Mark Crispin Miller's How To Be Stupid: The Lessons

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Does one truly have much knowledge on news outlets and advertisements on television? The reality behind these are studied in epistemology; a branch of philosophy which focuses on the study of knowledge, it’s validity, and scope. Channel One, a news outlet that is produced primarily for adolescents, is displayed in schools on televisions either during the morning announcements or at the end of the school day because it is believed to have some kind educational value. The program lasts for about fifteen minutes each day, and it is composed of interesting current events and news stories that are separated by several regulated advertisements. Mark Crispin Miller examines the epistemology of news and advertisements in “How to Be Stupid: The Lessons…show more content…
In the section of Miller’s article titled buy the power, there are several examples that demonstrate the true use of advertisements, which enhances their manipulative nature. Miller’s epistemological interpretation is shown when he asserts, “Of all of the promises that advertising makes us, this promise of a certain rude empowerment – personal, immediate and absolute – is now the one that comes at us most often” (143). Miller argues that advertisements promise viewers immediate gratification, which leads into his next major argument of the paragraph. Later on in that paragraph Miller states, “Over and over, the product flashes into view was something that you ought to pay for not because you might enjoy it but because it promises to make you indestructible, as tough as nails, as hard as steel: a Superman or Superwoman” (143). When Miller says “it promises to make you indestructible”, it relates to his previous epistemological statement of advertisements promising viewers with immediate gratification. Miller argues that advertisements have a manipulative nature where they make viewers feel that by purchasing a product, they will have immediate gratification and feel extremely powerful and “indestructible”. In Miller’s lesson five: “You’re Ugly”, he uses a specific example…show more content…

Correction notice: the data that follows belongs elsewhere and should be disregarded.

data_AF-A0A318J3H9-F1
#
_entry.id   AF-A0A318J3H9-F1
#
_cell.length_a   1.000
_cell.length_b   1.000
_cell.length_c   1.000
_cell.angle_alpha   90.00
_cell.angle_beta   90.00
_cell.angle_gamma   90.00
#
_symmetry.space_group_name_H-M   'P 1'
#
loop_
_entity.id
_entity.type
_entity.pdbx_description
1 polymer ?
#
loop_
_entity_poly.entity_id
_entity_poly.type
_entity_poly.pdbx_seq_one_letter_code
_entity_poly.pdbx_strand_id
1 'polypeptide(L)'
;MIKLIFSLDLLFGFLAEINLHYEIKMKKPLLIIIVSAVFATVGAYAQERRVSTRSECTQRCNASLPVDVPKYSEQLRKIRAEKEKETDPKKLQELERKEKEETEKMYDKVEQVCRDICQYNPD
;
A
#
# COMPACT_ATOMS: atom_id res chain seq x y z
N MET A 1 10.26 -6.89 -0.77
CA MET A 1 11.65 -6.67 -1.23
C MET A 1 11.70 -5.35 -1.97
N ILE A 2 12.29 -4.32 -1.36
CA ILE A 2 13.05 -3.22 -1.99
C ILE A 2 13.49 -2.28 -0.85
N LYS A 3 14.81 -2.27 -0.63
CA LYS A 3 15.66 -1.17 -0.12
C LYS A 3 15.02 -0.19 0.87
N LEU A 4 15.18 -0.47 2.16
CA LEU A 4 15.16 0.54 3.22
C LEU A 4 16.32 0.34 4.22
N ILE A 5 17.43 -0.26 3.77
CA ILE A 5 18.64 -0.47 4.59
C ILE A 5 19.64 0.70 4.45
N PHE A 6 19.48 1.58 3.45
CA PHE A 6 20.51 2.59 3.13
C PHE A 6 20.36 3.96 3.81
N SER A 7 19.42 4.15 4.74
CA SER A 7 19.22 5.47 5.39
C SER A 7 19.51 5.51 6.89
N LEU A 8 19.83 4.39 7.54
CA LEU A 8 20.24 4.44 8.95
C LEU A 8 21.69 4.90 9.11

He begins the section by saying:
For it is addiction that the advertisers sell on Channel One (and everywhere else): They want to hook the kids forever, to have them needing all that junk forever, to have them all forever paying for it. While the stuff they sell does not, of course, induce a catastrophic physical dependency like heroin or crack, the way they sell it powerfully glamorizes the destructive spiritual condition of all addicts, whatever they may crave: the desperate neediness (you need it now!) and ever – more – accurate insatiability (now you need more!). (Miller
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